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ALO, Vincent "Jimmy Blue Eyes

" (? — 2001 ): Syndicate
Vincent Alo, nicknamed Jimmy Blue Eyes, was a
giant among mafiosi, a sort of Paul Bunyan in organ-
ized crime. The Mafia is a society of myth builders
and above all myth believers. One of the more aston-
ishing myths held among low-level mafiosi (the
higher-ups have always known better) is that Alo
was the boss over Meyer Lansky, the Jewish criminal
mastermind who together with Lucky Luciano set up
organized crime in America as we know it today.
Alo was a close, lifelong friend of Lansky's, but his
mythical elevation over Lansky is attributable solely
to the psyche of the Mafia's lower levels, where it is
important to believe that Italians are superior in all
matters and always in control. After all, it was the
exclusive privilege of Italians to be mafiosi. (These
lowly soldiers were convinced accordingly that Lan-
sky could not vote at mob confabs because he was
Jewish. In fact Lansky voted from a position of
power; his word often carried the force of law. When
Luciano in exile in Italy once thought of allowing a
motion picture of his life to be made, Mafia couriers
brought word to forget the project. Their clincher:
"The Little Man [Lansky] says so.")
Some of the most famous informers to come out
of the Mafia also perpetrated the Alo myth, thereby
confirming that their disclosures were from a low-
level view in organized crime. In My Life in the
Mafia Vinnie Teresa says of Alo: "He's got one job
in life. He's the mob's watchdog. He watches Lan-
sky to make sure he doesn't short shrift the crime
bosses." Significantly, Teresa has to add: "He pro-
tects Lansky from any mob guy who thinks he can
shake Lansky down. Anyone in the mob who had
any ideas about muscling Lansky would have
Jimmy Blue Eyes on his back in a second." In The
Last Mafioso Jimmy "the Weasel" Fratianno quotes
and believes the word from higher-ups that "Meyer
makes no move without clearing it with Jimmy Blue
The fact is that Alo always functioned as a liaison
between Lansky and the various crime families.
Everyone knew that because of Lansky's friendship
and trust in Alo, he could be relied on and that he
always bore the true word and orders of Lansky.
Because of his warm feelings for Alo, Lansky took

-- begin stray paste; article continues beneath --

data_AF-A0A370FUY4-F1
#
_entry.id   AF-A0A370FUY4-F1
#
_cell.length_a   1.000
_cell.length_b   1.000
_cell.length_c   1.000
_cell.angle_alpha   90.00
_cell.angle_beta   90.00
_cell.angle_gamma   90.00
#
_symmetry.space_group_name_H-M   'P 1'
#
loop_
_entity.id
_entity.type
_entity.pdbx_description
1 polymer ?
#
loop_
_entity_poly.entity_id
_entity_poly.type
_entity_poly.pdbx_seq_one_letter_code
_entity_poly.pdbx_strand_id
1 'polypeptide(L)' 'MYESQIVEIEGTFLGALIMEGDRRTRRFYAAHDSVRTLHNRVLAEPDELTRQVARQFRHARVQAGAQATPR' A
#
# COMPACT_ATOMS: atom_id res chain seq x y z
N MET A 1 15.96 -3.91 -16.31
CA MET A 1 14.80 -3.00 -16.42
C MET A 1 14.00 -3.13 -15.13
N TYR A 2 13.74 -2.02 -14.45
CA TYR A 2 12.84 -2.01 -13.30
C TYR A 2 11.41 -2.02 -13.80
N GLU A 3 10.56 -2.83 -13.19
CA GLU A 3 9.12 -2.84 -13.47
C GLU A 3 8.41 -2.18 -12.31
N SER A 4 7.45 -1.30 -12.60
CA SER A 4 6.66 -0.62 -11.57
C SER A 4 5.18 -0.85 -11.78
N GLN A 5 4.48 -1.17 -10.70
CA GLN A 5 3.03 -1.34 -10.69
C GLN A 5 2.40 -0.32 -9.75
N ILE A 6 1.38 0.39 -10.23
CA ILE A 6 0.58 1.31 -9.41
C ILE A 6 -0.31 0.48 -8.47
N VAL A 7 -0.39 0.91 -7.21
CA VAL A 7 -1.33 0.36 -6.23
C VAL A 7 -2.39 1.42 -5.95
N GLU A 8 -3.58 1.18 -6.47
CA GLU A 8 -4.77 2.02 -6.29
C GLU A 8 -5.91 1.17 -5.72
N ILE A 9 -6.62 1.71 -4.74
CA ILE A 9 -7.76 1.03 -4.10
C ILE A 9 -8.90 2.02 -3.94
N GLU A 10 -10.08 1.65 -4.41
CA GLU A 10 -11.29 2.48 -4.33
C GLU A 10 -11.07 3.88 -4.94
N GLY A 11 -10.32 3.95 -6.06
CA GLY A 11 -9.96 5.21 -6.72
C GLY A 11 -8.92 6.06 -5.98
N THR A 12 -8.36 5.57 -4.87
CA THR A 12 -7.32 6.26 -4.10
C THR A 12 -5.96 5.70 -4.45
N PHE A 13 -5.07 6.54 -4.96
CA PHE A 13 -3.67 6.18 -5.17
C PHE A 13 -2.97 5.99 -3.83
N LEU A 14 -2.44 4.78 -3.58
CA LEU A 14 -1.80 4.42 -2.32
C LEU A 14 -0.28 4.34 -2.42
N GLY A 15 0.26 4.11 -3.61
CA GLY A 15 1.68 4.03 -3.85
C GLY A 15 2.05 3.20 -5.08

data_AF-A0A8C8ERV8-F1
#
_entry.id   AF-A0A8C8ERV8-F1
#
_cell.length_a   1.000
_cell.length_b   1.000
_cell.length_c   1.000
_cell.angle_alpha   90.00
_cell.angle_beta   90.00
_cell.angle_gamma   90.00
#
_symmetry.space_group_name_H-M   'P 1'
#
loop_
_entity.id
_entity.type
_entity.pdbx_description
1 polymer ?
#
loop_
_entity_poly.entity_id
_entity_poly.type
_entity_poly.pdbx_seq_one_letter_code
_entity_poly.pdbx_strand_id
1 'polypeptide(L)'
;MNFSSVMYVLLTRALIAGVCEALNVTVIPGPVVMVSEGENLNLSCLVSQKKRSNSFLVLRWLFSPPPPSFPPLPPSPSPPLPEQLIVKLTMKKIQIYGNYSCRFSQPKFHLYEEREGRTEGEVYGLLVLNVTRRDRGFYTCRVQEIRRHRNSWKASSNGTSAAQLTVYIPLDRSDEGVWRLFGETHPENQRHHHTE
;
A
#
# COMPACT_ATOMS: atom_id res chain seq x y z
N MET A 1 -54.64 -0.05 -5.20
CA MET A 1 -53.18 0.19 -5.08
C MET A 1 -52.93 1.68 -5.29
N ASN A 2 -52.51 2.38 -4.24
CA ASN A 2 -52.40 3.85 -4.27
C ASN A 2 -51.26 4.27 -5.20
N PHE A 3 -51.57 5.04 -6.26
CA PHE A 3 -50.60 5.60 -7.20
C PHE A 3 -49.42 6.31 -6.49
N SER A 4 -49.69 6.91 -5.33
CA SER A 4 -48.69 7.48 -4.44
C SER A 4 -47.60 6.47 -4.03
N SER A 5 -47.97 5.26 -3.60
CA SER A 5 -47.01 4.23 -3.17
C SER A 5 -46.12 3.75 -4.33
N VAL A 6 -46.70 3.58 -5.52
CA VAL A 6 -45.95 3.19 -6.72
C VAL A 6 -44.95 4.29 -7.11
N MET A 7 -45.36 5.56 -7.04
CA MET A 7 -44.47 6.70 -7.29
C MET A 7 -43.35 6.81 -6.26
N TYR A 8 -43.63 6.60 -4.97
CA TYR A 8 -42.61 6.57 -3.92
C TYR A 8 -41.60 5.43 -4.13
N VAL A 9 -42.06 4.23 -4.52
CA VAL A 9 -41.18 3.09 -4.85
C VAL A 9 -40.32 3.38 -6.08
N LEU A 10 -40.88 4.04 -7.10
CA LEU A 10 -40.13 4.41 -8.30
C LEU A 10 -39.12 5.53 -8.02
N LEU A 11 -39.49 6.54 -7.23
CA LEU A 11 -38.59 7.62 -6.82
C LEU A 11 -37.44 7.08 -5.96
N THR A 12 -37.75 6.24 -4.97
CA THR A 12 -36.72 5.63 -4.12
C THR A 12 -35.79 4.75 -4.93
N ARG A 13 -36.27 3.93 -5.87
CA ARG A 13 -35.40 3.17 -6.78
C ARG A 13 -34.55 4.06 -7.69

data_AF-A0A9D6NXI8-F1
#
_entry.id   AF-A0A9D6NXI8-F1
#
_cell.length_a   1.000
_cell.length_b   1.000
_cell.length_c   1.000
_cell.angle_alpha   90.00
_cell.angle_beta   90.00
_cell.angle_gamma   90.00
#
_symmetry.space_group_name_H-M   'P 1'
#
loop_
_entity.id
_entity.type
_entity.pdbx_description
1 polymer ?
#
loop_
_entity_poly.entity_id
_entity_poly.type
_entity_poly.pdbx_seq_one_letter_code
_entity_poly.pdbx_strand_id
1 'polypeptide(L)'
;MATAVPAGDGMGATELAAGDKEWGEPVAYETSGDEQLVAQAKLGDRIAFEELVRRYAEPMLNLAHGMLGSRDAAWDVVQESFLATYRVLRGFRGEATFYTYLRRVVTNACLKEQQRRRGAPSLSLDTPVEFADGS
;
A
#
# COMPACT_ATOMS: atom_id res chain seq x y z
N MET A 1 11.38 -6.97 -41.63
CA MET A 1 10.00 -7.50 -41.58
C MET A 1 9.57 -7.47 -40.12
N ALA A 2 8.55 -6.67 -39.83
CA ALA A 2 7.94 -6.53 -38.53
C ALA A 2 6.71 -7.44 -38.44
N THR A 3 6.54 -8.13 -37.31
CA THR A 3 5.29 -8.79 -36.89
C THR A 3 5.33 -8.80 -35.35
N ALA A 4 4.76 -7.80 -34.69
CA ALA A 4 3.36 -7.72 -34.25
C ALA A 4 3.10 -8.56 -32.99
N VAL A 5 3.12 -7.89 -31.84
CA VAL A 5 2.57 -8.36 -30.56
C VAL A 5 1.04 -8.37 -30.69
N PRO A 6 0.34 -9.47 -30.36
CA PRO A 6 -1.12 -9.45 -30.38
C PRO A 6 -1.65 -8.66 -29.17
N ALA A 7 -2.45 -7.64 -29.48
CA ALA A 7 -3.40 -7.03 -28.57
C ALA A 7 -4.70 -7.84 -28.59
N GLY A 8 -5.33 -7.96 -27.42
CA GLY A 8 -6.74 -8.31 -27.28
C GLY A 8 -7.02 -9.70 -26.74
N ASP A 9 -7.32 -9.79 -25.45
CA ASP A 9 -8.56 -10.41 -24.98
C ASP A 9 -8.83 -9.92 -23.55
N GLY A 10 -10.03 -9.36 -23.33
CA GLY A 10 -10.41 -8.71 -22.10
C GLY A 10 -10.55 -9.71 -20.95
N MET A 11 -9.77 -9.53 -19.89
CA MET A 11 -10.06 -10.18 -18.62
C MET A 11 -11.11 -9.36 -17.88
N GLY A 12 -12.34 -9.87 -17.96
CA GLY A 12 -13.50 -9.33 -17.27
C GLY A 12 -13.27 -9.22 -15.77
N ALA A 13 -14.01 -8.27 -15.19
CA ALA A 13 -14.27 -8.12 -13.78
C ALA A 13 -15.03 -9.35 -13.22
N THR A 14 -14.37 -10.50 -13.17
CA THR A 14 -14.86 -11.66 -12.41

care of him, allowed him part ownership in various
gambling enterprises in Florida and Las Vegas. After
all, they had been youthful allies in crime. In 1930
Meyer's wife Anna gave birth to a son who was born
a cripple. Anna Lansky suffered a breakdown over
this and blamed her husband for calling down the
wrath of God on the child to punish him for his
wicked way of life.
It was too much for Lansky and he fled New York
for a hideout in Boston where he drank himself into
oblivion. Only his buddy Jimmy Blue Eyes was with
him, consoling him and helping through his week-
long crisis. Finally, Lansky came out of it, and he and
Alo drove back to the New York gang wars.
Since that time Alo prospered under Lansky or, as
an investigation by Robert M. Morgenthau when he
was U.S. attorney for the Southern District of New
York demonstrated, Lansky closely guarded the inter-
ests of Jimmy Blue Eyes. Morgenthau never did nail
Lansky but, in 1970, he had the satisfaction of seeing
Alo go to prison for obstructing justice. U.S. attorney
Gary Naftalis informed the court: "Alo is one of the
most significant organized crime figures in the United
States. He is closely associated with Meyer Lansky of
Miami, who is at the apex of organized crime."
In the final analysis, the true pecking order in the
Lansky-Alo alliance can be seen in the ultimate rat-
ing system used by the mob — money. When Lansky
died in 1983, his personal net worth was placed at
between $300 and $400 million. Alo could barely
qualify as a mere millionaire.